Don’t Underestimate the School Gate Mum

The thing I have most enjoyed about unemployment (apart from extra sleep) is having a bit of extra time just to talk to friends and to make new friends and contacts.  Conversations take a different course when you tell people you are career changing and there is a genuine outpouring of enthusiasm for your project which spurs you forward.
When I was stuck in the hamster wheel any conversation that touched on work would end abruptly after the question ‘And what do you do?’. My answer would be ‘I’m a Banker’….tumbleweed. I don’t think this was a media-driven hatred towards Bankers (although sometimes that was certainly the case), but in conversational terms it is a dead end.  Now I say ‘I’m not working as I am in the middle of a career change’. ‘Ooooh, what do you want to do?’ people say, excited for you.  After 15 minutes you have opened your heart and got to know this new person on a different level.
Luckily for me, my youngest son has just started in Reception at the local Primary School.  Now, as he is what we call our ‘bonus baby’, I am easily the oldest Mum there and I was worried that it might be difficult to form connections and friendships with other Mums who are 10-25 years younger than me.  I have heard some comments like ‘Oh you really remind me of my Mum’ and one child pointing at me shouting ‘Look Mummy, there’s Nanny’, but on the whole I don’t feel very different from the other Mums.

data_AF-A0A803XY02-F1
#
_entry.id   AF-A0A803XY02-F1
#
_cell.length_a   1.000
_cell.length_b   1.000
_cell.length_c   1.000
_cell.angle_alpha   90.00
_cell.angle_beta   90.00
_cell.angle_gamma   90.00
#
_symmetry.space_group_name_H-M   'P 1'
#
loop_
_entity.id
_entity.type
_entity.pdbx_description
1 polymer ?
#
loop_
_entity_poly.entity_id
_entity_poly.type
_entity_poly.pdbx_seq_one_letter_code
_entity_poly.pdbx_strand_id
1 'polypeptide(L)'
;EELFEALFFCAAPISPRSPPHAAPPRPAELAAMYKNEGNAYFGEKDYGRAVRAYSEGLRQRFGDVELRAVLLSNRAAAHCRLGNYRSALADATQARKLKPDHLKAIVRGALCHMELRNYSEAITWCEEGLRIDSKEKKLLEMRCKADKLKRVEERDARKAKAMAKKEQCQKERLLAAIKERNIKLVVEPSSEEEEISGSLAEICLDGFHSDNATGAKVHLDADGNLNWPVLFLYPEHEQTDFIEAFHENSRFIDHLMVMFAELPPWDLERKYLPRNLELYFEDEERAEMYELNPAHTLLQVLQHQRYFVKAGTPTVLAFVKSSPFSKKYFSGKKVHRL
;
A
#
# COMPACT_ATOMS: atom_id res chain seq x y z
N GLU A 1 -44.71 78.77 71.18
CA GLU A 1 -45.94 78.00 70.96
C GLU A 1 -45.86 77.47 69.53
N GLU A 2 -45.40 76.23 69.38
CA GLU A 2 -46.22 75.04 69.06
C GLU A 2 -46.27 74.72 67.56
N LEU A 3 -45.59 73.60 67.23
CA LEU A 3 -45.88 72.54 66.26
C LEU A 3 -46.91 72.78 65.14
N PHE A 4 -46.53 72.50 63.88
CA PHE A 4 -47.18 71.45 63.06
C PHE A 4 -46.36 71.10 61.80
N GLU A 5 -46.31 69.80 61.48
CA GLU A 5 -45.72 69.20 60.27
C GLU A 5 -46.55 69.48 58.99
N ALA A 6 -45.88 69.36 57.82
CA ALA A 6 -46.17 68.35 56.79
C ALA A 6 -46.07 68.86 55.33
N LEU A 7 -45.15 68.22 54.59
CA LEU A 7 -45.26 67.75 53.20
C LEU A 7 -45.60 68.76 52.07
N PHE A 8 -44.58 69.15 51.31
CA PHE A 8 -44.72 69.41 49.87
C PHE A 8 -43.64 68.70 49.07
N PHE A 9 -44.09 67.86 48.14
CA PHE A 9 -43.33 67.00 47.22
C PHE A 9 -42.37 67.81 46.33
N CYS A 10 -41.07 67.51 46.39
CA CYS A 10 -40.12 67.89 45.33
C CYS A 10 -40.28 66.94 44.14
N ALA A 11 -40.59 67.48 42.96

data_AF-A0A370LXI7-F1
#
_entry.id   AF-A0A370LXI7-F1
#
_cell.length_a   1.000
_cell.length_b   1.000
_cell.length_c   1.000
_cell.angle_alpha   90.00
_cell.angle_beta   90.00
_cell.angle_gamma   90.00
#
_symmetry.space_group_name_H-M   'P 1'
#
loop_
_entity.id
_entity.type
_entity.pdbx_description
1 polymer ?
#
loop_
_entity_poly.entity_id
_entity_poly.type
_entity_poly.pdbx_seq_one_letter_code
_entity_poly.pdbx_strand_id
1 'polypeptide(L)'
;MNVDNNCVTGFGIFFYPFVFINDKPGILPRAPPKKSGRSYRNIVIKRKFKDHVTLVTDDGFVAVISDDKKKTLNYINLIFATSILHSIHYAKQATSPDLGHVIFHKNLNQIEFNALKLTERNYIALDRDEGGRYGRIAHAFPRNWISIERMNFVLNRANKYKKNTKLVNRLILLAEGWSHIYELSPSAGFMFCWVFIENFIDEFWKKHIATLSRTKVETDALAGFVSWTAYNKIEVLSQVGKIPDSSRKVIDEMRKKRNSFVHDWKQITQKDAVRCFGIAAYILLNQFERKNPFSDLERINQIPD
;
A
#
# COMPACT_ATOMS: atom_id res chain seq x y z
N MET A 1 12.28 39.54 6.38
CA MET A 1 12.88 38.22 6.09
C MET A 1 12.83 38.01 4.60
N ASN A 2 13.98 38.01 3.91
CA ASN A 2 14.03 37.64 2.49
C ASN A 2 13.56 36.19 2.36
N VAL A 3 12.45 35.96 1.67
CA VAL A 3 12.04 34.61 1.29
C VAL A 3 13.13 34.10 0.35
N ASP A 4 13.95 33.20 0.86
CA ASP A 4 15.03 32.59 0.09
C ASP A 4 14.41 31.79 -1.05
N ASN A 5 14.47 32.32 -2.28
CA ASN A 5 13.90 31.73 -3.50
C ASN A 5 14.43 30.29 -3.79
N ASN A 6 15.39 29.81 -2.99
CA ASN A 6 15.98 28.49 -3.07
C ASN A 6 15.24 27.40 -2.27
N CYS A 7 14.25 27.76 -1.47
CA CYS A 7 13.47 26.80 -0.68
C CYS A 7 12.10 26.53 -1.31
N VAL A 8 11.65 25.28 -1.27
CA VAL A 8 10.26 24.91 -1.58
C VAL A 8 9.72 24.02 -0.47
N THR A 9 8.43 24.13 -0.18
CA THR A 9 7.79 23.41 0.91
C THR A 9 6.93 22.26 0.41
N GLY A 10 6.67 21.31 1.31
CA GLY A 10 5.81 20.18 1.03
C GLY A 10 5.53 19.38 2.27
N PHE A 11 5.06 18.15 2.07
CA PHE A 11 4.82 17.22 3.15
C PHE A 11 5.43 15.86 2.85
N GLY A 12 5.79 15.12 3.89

When my older kids started school I worked long hours, away from home for more than 12 hours per day and never had the chance to get to know the other Mums.  This time around, being at the school gates has given me a real insight into what the real world has been doing while I have been locked up on a Trading floor for the last 26 years.  The world of work has changed.  Scratch beneath the surface and I am surrounded by very inspiring people, many who run their own business and many who have been through their very own career change.  Thankfully they don’t seem to mind me asking questions, because I am fascinated to find out just how they homed in on their business and ‘found’ their new skills and passions.  Invariably their stories involve an element of luck, a twist or turn that they didn’t see coming.  Surprisingly, not many involved redundancy, more a burning desire to escape and improve their lives.  Many have found ways to build a business that allows them to enjoy being parents.  They all have a great story to tell and although they are at the gates every morning and every evening, they have found work they love that doesn’t involve selling their soul to the Corporate world.
I am starting to wish I had done this a long time ago…

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